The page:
By Brett Topel
It is not an original thought, apparently, but it is no less powerful. The McRib is the girl you will always love—but can never seem to hang on to. A similar stance to this was recently taken in The Washington Post, in an article entitled: “The McRib is a toxic boyfriend, and we need to stop backsliding.” However, like a lost love—the McRib, I fear—is an addiction of sorts.
Let’s immediately rid ourselves of the elephant in the room. Many of you reading this are disgusted by the very thought of the McRib, McDonald’s processed pork patty with fake rib markings, pickles, onions, and BBQ sauce, on a long bun. For those of you who are grossed out by the thought of the McRib, much less trying one, none of this is for you. Please move along to reading something about the Kardashians or politics or something. This is not for you.
For those of you who are still reading, I get it. She appeared one night when you least expected it. You were young and she was something new. You had no intention of making this anything more than a fun experience. You went for it and you fell for it—you fell hard. You enjoyed it day after day, night after night, and then—in the blink of an eye, she was gone. Not just gone like we can text for a while and still be friends, but gone gone.
You learned to move on and focus on other things. Friends, family, maybe your job. You had fleeting memories that would come and go. Sometimes you might be at a BBQ, or walk into a restaurant, and there was a smell that reminded you of her. Of course, you had to snap yourself back into reality because you knew she was gone. You would even go to where she was from and order other friends, like a filet-o-fish, or Big Mac, proving that you could still go back there and wondered if she might somehow be there. She never was. Until she was.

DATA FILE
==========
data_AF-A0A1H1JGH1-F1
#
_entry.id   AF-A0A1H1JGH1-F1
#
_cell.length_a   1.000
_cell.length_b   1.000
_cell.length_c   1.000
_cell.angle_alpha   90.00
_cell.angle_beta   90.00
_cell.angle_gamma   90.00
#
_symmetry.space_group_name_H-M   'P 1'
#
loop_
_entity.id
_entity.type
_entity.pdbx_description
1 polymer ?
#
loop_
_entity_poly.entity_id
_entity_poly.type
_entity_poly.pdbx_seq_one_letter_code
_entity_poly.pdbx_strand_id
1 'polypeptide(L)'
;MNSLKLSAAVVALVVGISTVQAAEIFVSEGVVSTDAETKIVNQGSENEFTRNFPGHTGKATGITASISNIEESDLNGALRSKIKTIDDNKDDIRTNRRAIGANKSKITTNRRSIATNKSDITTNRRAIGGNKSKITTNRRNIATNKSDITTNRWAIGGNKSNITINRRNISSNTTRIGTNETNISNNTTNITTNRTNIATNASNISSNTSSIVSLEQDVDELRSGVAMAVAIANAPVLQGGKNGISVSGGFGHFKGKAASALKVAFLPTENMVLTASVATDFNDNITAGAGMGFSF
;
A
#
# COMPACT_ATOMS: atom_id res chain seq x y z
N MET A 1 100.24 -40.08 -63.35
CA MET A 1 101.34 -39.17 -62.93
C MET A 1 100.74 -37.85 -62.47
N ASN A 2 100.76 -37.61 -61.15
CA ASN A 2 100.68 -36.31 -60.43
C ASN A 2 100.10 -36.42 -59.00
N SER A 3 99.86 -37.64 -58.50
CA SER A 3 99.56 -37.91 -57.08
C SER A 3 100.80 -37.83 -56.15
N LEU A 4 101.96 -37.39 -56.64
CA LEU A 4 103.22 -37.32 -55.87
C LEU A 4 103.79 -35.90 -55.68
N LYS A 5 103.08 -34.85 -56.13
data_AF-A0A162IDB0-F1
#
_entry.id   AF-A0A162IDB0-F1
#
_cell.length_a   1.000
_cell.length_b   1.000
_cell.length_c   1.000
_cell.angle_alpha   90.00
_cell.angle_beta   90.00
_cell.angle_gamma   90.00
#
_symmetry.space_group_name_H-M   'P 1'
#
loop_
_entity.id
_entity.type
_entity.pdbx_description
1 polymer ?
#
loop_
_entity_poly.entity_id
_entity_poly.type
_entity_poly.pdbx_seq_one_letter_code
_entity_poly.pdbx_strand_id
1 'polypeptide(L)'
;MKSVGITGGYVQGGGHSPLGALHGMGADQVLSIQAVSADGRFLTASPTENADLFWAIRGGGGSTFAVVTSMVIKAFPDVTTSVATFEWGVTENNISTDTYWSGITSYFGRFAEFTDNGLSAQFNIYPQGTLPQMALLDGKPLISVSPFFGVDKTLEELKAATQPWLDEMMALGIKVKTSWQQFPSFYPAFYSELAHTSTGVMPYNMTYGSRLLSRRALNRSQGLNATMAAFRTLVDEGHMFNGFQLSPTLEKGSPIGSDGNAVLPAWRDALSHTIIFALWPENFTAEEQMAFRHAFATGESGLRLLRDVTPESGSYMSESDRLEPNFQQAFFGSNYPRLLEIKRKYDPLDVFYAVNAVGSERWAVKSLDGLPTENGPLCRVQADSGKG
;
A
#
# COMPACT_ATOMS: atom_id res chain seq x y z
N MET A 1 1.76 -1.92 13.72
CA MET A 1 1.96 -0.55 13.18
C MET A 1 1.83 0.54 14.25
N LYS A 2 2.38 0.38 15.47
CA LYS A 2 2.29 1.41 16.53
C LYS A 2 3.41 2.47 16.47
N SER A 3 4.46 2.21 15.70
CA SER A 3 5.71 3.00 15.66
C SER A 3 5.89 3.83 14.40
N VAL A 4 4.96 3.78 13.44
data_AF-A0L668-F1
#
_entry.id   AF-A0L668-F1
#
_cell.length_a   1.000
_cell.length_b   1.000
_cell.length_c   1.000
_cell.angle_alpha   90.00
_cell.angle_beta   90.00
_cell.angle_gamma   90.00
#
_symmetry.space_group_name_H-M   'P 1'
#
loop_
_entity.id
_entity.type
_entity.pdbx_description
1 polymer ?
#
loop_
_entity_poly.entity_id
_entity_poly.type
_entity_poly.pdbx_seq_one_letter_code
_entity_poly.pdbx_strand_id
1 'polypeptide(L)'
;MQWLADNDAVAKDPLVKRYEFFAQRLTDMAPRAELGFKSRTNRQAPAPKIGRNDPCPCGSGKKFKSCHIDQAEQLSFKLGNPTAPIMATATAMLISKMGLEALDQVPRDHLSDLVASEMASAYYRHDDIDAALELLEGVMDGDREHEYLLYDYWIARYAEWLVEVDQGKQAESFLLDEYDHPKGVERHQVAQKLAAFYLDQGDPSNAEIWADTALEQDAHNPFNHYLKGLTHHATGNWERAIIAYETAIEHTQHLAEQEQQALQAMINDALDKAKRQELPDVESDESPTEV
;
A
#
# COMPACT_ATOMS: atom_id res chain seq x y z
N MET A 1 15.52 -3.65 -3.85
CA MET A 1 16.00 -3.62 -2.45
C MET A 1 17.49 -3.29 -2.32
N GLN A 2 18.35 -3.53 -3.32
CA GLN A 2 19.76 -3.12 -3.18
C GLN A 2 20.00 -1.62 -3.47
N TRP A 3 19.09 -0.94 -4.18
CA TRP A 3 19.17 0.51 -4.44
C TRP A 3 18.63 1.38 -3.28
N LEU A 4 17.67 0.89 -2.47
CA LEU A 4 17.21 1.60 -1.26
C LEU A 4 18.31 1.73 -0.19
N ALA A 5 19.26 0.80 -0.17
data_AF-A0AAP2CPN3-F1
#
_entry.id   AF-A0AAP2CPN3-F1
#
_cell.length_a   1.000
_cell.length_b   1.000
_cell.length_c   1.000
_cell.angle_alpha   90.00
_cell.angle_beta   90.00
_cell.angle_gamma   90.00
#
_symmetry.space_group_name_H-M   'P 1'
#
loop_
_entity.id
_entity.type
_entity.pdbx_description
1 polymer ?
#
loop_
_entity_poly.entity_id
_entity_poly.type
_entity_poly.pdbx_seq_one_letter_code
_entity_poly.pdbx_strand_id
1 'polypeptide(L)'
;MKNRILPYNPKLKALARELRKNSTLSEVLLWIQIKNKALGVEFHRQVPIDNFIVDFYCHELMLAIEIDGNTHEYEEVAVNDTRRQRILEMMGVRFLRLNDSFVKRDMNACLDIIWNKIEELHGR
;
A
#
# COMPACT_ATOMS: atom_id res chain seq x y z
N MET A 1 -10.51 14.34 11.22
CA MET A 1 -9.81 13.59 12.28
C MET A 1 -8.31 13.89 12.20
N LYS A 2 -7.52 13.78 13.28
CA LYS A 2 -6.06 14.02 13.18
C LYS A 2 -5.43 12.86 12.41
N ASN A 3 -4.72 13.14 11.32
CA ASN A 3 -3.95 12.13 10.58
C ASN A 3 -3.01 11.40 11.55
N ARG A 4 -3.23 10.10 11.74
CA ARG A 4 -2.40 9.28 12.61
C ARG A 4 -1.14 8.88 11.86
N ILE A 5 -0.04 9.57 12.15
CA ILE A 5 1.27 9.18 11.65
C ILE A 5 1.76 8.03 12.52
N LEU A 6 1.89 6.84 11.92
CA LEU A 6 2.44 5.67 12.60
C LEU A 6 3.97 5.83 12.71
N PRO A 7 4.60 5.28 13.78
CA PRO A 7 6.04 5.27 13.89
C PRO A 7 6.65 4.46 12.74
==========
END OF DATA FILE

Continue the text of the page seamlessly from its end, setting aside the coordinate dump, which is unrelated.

A few years after disappearing, she was back—but only for a limited time. You told yourself that that chapter of your life was over and that you would not get sucked back in by who she was and how she made you feel. However, that was what you told people. At night, you would drive by, and drive-thru, and re-establish long-lost feelings and tastes. She was back in your life, even though you knew every minute with her would just make it harder when she left again. And she would leave again. She always left again.
Time after time—sometimes it took two years, sometimes, four years, sometimes longer—she would return as if she had never left. She was so wrong for me. Everyone said so—my family, my friends, my doctors. However, all of the logic in the world could not stop me from wanting more—just one more time. Just one more night.
And now, here she is again. Nearly 40 years since we first met and she is no less alluring. Like other times, she threatens that when she leaves this time it will be for good. I know better. She knows better. She is McRib and she will always own a part of me.
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